North Americans Love Ginger Beer, But It Originated Across The Pond

It's not surprising that North Americans love ginger beer. It's a wonderfully spicy addition to the drink quiver, and it makes up the better part of popular alcoholic beverages like the Dark and Stormy and the Moscow Mule. Unlike its sweeter cousin, ginger ale, this beverage is usually brewed from ginger root and has a more powerful spicy flavor. North Americans consume more ginger beer than those on any other continent (per Future Market Insights), but they can't lay claim to the beverage's origin. Those rights go to the British.

The consumption of ginger beer is generally believed to date back to 18th-century England. The English were in a good position to produce the beverage since the flavor of ginger beer and its fermentation relied on ginger and sugar, and the country had plenty of it. Due to European colonialism of the Caribbean, England had been importing sugar and millions of pounds of ginger farmed by people kept as slaves in Jamaica since the mid-1500s. By the time the 1700s rolled around, this once-exotic spice was more commonplace. Since the English were also armed with centuries of mead and beer brewing knowledge, creating ginger beer was a cinch.

The earliest ginger beers

People had been adding ginger to different mead and ale concoctions pretty much since ginger arrived in the British Isles, likely for medicinal reasons or to spice up the beverages with new flavors. These weren't true ginger beers, but they probably evolved into them. The first true ginger beers came later, when the unique process of fermenting ginger with yeast and bacteria was stumbled upon, though the specific origins of the discovery are somewhat murky.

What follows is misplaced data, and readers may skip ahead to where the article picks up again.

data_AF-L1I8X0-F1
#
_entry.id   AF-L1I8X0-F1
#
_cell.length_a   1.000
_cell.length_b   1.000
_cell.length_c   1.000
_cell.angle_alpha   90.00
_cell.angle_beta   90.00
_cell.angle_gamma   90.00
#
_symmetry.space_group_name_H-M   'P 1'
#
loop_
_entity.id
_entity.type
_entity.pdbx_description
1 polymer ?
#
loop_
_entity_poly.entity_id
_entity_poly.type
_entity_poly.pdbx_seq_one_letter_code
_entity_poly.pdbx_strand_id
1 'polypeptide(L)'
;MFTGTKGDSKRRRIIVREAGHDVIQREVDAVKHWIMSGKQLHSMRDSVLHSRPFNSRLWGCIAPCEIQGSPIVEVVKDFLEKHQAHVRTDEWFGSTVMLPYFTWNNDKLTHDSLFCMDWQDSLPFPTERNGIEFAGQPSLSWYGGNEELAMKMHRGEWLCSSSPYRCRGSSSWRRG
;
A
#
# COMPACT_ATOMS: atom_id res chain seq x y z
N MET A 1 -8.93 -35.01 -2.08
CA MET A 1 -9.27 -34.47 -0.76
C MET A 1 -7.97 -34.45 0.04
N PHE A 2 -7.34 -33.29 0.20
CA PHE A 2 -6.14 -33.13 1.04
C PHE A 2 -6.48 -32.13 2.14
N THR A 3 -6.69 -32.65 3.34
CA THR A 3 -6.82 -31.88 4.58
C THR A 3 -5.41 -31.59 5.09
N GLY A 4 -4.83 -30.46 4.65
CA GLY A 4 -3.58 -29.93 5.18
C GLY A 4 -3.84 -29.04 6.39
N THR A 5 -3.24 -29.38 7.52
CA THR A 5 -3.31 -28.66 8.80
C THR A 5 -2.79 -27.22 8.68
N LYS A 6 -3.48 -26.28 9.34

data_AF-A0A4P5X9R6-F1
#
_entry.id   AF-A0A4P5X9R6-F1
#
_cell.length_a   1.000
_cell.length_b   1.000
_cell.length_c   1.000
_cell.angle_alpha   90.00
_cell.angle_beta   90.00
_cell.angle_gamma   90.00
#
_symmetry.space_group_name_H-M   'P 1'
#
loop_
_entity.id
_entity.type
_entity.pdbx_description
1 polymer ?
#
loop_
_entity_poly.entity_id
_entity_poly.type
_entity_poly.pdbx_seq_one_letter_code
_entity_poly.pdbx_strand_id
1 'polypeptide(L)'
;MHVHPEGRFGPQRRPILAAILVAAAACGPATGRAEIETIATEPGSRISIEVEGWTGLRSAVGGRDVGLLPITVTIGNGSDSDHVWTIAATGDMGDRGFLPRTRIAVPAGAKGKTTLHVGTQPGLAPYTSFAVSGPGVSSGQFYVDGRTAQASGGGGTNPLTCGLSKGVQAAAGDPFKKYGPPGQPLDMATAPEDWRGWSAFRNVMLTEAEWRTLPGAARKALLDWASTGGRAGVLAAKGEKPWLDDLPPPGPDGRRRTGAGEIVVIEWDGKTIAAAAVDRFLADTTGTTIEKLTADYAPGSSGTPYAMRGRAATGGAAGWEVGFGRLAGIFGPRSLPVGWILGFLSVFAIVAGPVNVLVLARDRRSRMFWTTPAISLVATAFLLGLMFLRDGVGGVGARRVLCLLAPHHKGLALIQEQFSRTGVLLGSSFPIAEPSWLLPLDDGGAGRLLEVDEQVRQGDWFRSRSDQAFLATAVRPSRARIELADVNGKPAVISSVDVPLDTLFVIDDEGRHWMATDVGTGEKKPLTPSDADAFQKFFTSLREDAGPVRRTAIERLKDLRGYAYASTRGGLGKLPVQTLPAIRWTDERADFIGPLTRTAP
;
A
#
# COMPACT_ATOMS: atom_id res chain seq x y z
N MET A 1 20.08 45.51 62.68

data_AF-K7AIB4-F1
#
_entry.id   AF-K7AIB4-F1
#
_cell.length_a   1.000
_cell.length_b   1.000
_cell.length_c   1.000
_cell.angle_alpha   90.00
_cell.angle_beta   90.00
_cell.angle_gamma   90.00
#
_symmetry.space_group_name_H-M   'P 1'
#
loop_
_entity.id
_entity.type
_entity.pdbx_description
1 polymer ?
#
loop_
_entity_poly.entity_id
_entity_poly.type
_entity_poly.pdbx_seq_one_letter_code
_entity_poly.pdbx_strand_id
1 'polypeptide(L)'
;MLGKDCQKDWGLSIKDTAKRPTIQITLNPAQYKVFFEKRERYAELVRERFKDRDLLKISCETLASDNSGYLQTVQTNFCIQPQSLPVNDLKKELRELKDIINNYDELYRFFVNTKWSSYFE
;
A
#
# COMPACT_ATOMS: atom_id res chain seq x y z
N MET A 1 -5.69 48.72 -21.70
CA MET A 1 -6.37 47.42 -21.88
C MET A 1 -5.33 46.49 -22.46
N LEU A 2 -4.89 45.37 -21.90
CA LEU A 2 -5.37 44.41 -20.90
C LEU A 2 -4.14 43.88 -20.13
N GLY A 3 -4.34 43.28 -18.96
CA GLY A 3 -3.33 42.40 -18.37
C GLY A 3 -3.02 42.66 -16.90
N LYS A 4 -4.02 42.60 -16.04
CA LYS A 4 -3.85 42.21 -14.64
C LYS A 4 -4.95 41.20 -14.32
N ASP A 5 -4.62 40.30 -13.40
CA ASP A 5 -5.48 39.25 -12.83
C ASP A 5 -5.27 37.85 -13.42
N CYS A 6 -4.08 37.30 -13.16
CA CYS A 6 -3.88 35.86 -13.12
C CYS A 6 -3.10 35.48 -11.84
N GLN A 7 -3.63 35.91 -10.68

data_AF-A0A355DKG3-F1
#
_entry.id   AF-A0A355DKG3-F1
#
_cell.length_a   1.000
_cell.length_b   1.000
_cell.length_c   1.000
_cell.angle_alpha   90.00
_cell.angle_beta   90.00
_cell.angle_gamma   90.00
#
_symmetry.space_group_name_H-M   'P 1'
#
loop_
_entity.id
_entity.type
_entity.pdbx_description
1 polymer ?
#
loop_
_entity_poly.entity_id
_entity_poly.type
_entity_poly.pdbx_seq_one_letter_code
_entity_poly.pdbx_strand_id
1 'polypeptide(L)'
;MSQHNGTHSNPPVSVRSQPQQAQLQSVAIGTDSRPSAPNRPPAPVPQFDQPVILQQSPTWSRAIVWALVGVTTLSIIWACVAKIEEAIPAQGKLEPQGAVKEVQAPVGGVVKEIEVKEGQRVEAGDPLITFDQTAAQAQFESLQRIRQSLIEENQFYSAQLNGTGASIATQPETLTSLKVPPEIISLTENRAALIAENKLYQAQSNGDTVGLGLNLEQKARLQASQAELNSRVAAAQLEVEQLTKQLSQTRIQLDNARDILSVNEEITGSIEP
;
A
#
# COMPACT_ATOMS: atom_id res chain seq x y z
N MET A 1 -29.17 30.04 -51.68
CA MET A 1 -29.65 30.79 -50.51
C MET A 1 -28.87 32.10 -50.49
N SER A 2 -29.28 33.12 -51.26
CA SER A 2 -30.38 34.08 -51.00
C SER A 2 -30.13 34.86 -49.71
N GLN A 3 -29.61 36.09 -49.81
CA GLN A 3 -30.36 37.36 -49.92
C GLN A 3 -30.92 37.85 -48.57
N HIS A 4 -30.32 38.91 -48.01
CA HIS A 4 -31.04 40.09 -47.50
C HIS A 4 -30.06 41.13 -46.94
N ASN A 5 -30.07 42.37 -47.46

We do know, however, that these early ginger beers contained a low alcohol content due to the fermentation process, similar to the "small beers" the British had been drinking since the Middle Ages in place of unclean drinking water. These small beers were often brewed at home from spent mash that had already been used to brew more powerful beers. Ginger beer was likely brewed at home in a similar fashion, and because of its low alcohol content, it would've provided the same hydrating benefits as small beers. Ginger beer contained the added bonus of the spice's medicinal qualities.

Ginger beer grew in popularity across England, eventually being mass-produced in stoneware bottles. The sturdy thickness of these bottles allowed them to be shipped across the Atlantic to a growing North American market as colonization settled in. The love of ginger beer followed the colonists to the Americas, where it would grow into the biggest market for the beverage in the world a few centuries later.